Lactate threshold (LT) running is at a pace that is faster or harder than your regular easy run pace, but slower than your 5k or 10k race pace. So if you're 5k pace is 7:30 a mile, your threshold pace may be around 7:45-8:15 pace (depending on fitness and training). Threshold pace is a pace you can probably hold for 20 or 30 minutes and the mileage or amount of time you run a threshold run really depends on your training and goals, but generally you should shoot for at minimum 2-3 miles at threshold pace, far more though if you are training for a half-marathon or marathon. Threshold runs are a great way to gain aerobic fitness and are great runs for all race distances. 

Tempo runs are slightly different in that they are generally longer. Same concept can be applied, but where a tempo run is generally focused on running at LT pace for a longer period of time. Still, if you are running at LT pace and say to your friend, you ran a tempo run, you aren't wrong and same if you ran a tempo run and said you ran a LT run. It's just semantics!

#2 Fartleks
Yes...the word "Fart" is in there. Get your laughs out now people. Fartleks are probably my favorite on this list. "Fartlek" means "speed play" in Swedish and it really is just that: pure fun that can be completed anywhere. Track. Trail. Road. Waterfront esplanade (Gotta love Portland). They are an incredibly versatile run that can be either distance based or time based and you set these marks! 

Let me explain: 
For a distance-based fartlek workout on a track, you can decide that, after properly warming up, you will run the curves at a moderate pace and you will run the straightaways at a harder (even slightly so) effort and continue that alternating for x number of minutes or miles. On any other type of ground, you can have the distance at which you alternate be a city block; a coffee shop to coffee shop; tree to light signal; etc. That's what I mean by they are fun! You set the rules. The key is that you are alternating between moderate effort and fast efforts without walking or stopping. So while you are running that 45 seconds or that 100 meters at a faster pace, you are switching to anaerobic and your body is producing lactic acid. Then you slow down slightly and start to catch your breath, but that lactic acid hasn't gone anywhere and so after your moderate pace time or distance is up, you're back at the faster pace, forcing your legs to run while they are being filled with lactic acid. (This is where the repetition comes in...)This is getting your legs used to "running (while) heavy" and so when this happens during your next 5K, 10 miler, or half-marathon, 1) You won't feel the effects of lactic acid build up as early on and 2) you are more accustomed to the feeling when your body does start to accumulate lactate and can sustain a longer mental push.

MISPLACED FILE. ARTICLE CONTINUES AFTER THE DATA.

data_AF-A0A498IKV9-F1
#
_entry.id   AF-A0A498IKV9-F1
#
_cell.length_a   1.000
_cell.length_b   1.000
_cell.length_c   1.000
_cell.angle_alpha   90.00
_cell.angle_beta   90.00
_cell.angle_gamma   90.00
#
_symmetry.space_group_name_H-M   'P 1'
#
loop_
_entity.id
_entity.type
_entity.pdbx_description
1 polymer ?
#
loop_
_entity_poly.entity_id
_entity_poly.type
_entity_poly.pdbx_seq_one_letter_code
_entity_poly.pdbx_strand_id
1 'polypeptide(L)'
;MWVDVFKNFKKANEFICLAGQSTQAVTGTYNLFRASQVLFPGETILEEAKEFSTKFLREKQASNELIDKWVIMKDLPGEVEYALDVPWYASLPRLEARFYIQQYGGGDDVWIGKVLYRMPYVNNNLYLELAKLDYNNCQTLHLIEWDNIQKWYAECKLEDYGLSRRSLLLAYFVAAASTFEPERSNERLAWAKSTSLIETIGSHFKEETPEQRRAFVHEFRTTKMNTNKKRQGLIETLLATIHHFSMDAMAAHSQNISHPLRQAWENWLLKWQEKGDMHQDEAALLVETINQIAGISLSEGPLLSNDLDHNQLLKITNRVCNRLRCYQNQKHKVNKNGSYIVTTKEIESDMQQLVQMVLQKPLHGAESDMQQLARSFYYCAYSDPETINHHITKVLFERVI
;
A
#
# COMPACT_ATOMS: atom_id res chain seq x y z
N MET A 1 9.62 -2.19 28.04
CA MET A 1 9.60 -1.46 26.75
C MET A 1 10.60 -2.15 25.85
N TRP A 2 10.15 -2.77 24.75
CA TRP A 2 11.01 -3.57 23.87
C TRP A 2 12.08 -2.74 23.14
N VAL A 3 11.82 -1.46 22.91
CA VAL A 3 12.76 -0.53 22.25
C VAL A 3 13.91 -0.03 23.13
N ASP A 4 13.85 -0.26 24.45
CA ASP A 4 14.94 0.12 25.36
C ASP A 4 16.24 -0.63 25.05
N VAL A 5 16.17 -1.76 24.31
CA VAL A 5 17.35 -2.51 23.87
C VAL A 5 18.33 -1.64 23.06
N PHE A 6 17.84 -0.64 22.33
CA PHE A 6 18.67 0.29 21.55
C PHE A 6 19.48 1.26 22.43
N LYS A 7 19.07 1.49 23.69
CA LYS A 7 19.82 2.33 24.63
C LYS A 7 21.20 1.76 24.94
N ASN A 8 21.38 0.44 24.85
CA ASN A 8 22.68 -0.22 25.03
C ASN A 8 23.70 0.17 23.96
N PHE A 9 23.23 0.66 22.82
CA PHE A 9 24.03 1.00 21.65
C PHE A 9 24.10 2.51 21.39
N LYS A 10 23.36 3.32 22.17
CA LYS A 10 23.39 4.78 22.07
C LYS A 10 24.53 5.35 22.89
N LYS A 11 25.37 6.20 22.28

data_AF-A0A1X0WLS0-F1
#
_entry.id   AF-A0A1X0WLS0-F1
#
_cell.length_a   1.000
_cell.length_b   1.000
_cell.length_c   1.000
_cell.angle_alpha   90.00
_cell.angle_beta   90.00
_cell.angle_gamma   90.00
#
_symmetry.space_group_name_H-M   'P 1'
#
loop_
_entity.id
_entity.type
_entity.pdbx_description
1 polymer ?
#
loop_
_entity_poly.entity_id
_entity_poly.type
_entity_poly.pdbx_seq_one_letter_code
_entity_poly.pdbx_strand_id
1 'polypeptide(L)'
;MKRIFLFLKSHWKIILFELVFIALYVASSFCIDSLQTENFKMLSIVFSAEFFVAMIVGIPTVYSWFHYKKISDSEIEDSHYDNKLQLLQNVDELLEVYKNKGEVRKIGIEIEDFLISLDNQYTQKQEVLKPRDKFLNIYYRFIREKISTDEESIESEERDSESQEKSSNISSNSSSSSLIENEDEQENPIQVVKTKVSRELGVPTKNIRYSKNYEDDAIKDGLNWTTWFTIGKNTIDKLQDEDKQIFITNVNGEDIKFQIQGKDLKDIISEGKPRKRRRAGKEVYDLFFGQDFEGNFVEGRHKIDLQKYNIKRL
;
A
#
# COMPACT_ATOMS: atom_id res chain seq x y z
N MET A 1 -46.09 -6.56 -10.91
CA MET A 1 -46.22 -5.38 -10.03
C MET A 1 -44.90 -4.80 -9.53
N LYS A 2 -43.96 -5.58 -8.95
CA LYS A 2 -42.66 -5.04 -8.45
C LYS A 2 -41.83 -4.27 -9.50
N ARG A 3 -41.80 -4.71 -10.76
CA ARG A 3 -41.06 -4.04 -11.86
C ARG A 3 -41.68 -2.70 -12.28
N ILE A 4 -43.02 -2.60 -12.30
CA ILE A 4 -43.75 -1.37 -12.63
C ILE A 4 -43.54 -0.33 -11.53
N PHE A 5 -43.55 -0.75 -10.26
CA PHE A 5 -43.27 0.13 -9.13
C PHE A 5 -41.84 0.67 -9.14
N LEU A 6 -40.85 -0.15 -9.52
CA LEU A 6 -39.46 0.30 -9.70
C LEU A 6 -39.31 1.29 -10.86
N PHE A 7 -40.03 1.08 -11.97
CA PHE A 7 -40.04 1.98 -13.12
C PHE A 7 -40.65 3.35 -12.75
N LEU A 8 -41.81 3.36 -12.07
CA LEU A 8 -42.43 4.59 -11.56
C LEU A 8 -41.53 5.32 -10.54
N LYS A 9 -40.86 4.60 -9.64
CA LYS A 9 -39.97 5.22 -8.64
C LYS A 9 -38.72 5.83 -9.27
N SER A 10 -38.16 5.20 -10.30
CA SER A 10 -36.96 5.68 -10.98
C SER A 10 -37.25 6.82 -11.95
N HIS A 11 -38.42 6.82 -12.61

Just an example I found online of a possible Fartlek workout.

#3 Long Run-fast finish 
I LOVE the long run. I get some pretty great thinking done during these hours on the road and see some pretty great sights as well. No matter what kind of runner you are, you should be incorporating a long run at least once every 2 weeks, but once a week I think is the better option (Yes..I will write a post about the long run in the near future!). It's important to note here that one person's long run isn't necessarily the next person's long run. During my first 2 years of undergrad, I would have said that a 7 miler was my long run (I actually have said this before), but fast-forward to the present and a long run for me is usually 17+ miles. Again, it all depends on you and your fitness level. So what is a "Long Run- fast finish" and why should you do it? 

Marathon coaches and runners will likely tell you that it's not just about getting close to marathon mileage in your long run. Sure, that will get your body and legs used to running for 20 miles or so, but what about those of us who have a time goal in mind? After the 18-20 mile mark of the marathon or even the 8-10 mile mark of the half-marathon, the race takes on a whole other level that can significantly cause you to slow down your pace. You may have experienced this in a race before. You're cruising along at your goal 8 minute pace, feeling good, when suddenly at some point past the halfway mark, it all starts to fall apart for you. This can happen for a number of reasons, but one of them is that your body reached its lactate threshold, the point at which lactic acid is building up faster oxygen is coming in and reaching deep (so shallow breaths don't count). 

So let's say 10 miles is your long run. What you can do to fight back against Lactic Acid (although lactic acid really gets a bad rap and is actually quite vital for exercise), is run the last several miles at a quicker pace, closer to goal pace. So during the first week you try this, you may try to run mile 9 and 10 at closer to goal pace (this won't be easy after 8 miles of a slower pace) and then during the 2nd week you may try to run the last 3 miles at closer to goal pace. Don't try for running the entire run at goal pace or else you're looking at burnout and a longer recovery period needed, but doing this kind of long-run variation will certainly get those legs used to keeping a hard-effort pace even after running for so many miles.